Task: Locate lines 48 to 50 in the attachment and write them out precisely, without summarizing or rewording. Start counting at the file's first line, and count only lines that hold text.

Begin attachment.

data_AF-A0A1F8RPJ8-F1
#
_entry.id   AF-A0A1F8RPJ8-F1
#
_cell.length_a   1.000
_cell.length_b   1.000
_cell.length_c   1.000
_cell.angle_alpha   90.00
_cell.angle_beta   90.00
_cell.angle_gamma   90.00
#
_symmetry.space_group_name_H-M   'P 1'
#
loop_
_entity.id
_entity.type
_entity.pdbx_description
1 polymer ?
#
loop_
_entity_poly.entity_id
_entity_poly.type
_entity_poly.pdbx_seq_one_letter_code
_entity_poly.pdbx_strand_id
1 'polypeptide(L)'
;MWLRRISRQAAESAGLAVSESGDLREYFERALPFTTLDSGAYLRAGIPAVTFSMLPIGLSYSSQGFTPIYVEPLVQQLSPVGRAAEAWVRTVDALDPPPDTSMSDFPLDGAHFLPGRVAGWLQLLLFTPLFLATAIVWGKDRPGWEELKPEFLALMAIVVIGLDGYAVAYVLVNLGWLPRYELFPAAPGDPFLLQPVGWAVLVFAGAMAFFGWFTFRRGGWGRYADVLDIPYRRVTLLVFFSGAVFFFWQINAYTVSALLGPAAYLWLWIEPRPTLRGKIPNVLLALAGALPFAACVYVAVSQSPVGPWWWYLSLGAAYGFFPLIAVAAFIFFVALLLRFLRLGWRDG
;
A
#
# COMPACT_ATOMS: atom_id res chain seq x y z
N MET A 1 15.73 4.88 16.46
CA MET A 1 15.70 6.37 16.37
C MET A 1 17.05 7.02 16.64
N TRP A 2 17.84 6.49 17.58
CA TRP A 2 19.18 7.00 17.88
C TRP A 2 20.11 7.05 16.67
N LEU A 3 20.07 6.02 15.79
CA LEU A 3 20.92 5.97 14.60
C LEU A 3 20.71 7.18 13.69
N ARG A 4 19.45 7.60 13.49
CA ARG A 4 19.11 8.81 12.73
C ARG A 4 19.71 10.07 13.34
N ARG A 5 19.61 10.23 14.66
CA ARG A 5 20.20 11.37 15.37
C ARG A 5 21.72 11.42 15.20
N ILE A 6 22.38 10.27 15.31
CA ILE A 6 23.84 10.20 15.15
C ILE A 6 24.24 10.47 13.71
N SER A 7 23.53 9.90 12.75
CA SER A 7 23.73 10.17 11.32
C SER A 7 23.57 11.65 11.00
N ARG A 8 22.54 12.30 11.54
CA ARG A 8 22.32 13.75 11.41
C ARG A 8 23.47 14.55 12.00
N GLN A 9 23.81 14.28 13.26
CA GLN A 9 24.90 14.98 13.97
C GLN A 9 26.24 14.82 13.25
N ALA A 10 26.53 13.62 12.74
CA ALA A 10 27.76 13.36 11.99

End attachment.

C ILE A 6 24.24 10.47 13.71
N SER A 7 23.53 9.90 12.75
CA SER A 7 23.73 10.17 11.32